How Willy Messerschmitt tried to copy Anatoly Brunov's plane

Sami_1

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Dec 21, 2023
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https://en.topwar.ru/241572-kak-vil...sja-skopirovat-samolet-anatolija-brunova.html


What will be written here may seem fantastic to some. Well, it cannot be that a German designer, whose work was looked at by all the world’s design bureaus, and some openly copied, suddenly, while working on his aircraft, looked at the car of a former enemy, and even tried to take something from it.

I agree, it’s a little strange, but that’s how it is. But in order to understand how all this happened, a short excursion into history.





After defeat in World War II, Germany was prohibited from building combat aircraft until 1955. There was nothing to catch, because, for example, Kurt Tank (“Focke-Wulf”) pretended to design houses, and in 1947 he fled to Argentina, and then to India, where he built combat aircraft. Only in 1969 did Tank return to Germany, where he worked as a consultant at Messerschmitt-Bölkow-Blom.

But Willy Messerschmitt was not so lucky. He was grounded for a decent amount of time for using slave labor from prisoners of war.


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True, Willie served only two years, after which he decided that he needed a warm climate and moved to Spain.

There, in 1948, having settled in the company Hispano Aviación, Messerschmitt began creating a light jet fighter. The project was listed as NA-300, but was not completed. The Spanish government decided to stop work due to financial problems in 1950.

The fighter project, along with the design team, was sold to Egypt. In those years, Egypt was a more significant state in terms of territory than it is now, and could afford it. A group of German designers led by Messerschmitt moved to Egypt, where they continued work on the NA-300, which was now also called NA-300, but not from Hispano Aviacion, but from Helwan Aircraft.

In order for the plane to fly, the Austrian engineer Ferdinand Brander was invited, who designed a turbojet engine for the NA-300.

In general, everything worked out: Egypt wanted a small and cheap one, and most importantly, its own fighter, and the German-Austrian brigade could provide it. No one had any doubts about this, because how could it have turned out differently for the creator of the first production combat jet?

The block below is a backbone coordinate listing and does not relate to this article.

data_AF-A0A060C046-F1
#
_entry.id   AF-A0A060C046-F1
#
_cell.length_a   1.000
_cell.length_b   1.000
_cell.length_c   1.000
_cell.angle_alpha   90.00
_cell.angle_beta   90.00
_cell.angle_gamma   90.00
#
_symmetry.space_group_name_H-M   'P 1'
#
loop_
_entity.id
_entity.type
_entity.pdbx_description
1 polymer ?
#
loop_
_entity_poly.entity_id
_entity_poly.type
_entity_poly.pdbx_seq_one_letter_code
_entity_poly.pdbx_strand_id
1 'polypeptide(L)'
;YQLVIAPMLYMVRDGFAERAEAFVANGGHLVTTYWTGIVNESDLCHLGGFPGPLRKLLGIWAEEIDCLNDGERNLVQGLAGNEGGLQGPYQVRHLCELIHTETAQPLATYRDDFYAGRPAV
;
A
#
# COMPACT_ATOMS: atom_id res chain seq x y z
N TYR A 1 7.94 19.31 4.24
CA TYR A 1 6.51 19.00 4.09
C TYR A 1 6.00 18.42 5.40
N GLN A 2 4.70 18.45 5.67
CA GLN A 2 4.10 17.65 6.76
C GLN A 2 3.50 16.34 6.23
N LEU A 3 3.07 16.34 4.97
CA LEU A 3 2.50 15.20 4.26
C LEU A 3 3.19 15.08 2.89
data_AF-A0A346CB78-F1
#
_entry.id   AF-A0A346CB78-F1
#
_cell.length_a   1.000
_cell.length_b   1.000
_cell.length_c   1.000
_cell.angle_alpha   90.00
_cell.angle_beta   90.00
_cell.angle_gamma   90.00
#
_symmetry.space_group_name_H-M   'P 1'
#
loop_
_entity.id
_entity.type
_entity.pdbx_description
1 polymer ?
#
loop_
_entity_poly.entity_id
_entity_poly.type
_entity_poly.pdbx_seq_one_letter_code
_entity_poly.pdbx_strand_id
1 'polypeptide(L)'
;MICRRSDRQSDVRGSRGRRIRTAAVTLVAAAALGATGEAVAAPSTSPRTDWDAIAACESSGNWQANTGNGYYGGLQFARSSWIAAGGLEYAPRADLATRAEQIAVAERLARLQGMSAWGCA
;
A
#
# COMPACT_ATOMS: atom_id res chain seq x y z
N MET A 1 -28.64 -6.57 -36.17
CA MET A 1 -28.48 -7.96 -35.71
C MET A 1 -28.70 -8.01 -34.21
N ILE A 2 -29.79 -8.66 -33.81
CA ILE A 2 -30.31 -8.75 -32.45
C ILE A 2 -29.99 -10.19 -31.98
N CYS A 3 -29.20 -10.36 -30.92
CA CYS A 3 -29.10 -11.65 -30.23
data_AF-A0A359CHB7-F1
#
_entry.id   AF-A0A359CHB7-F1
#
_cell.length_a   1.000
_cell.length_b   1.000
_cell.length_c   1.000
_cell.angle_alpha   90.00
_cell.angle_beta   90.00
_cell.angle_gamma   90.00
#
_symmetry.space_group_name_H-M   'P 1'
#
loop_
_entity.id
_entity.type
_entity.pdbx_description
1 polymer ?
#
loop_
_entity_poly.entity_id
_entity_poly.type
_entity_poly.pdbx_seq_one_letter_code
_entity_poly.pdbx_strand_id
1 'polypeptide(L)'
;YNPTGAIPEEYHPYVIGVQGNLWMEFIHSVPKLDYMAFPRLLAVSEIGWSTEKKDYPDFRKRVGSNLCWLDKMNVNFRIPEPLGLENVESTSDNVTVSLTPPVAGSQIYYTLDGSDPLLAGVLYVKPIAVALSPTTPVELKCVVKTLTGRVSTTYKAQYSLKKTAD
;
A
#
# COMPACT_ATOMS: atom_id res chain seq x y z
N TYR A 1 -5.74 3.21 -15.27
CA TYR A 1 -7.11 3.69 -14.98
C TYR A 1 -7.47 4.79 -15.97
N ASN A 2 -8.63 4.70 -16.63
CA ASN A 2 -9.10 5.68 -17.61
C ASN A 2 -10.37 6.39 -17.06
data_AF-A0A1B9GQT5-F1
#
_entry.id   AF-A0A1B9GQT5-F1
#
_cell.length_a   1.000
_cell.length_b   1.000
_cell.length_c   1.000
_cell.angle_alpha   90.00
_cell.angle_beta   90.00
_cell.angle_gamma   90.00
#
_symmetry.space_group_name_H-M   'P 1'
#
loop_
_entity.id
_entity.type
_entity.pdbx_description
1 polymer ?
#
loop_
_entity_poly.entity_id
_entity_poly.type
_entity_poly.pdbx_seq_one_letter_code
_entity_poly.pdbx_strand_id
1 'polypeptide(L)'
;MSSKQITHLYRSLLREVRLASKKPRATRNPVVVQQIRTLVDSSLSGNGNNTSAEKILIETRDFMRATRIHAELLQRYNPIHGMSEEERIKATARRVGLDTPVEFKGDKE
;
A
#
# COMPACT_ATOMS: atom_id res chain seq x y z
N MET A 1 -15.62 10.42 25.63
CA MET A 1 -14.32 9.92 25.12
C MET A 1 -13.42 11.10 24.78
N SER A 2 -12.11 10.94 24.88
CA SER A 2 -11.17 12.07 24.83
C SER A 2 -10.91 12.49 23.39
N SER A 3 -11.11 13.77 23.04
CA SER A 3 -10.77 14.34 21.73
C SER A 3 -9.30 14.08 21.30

In the end, the Germans, in addition to the first combat jet fighter, also noted a jet bomber, a catapult for the pilot, a radar on the aircraft and many other innovations. And some inventions from the 40s are still used by the whole world.

Egypt in those years was a very interesting country. Big and not poor. And politically very active, so much so that the new Egyptian leader Gamal Abdel Nasser, together with Josip Broz (Tito) from Yugoslavia and Jawaharlal Nehru from India, founded the Non-Aligned Movement in 1961.




This is for developing countries that would not like to join one of the two military-political blocs (NATO or Warsaw Warsaw) at that time.

But even countries that have not joined military blocs need armies. And the armies have weapons, and modern ones at that.

This is how Willy Messerschmitt and Ferdinand Brandner from Junkers ended up in Egypt. It was better than building microcars and sewing machines in Germany. Moreover, they could impose a deadline due to “newly discovered circumstances.”

Brandner, by the way, spent from 1945 to 1953 in the Soviet “sharaga” in Kuibyshev, atoning for his guilt by creating the NK-12 turboprop engine for the Tu-95. The engine was created, and Brandner was sent back, but, apparently, there was nowhere to do what he loved, and he also went to Egypt. In general, comrade had a fruitful time.



Brandner (pictured with a dog) in Kuibyshev with a group of German engineers

Messerschmitt also did not waste time, setting up a licensed assembly of his Messerschmitt Bf.109G-2 in Spain, although not on his own engines, but on the French Hispano-Suiza 12Z-17 and the British Rolls-Royce Merlin 500/45. But it’s okay, we flew on these ones too.

For his aircraft, Messerschmitt developed a prototype of the N-100 Triana training aircraft with a piston engine. And although the N-100 did not go into production, it served as the basis for the first Spanish jet aircraft, the N-200 Saeta, which took to the skies in 1955.


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And now the Saeta/Strela has already flown (on French Turbomeca Marbore II engines) and gone into production. 122 aircraft were produced.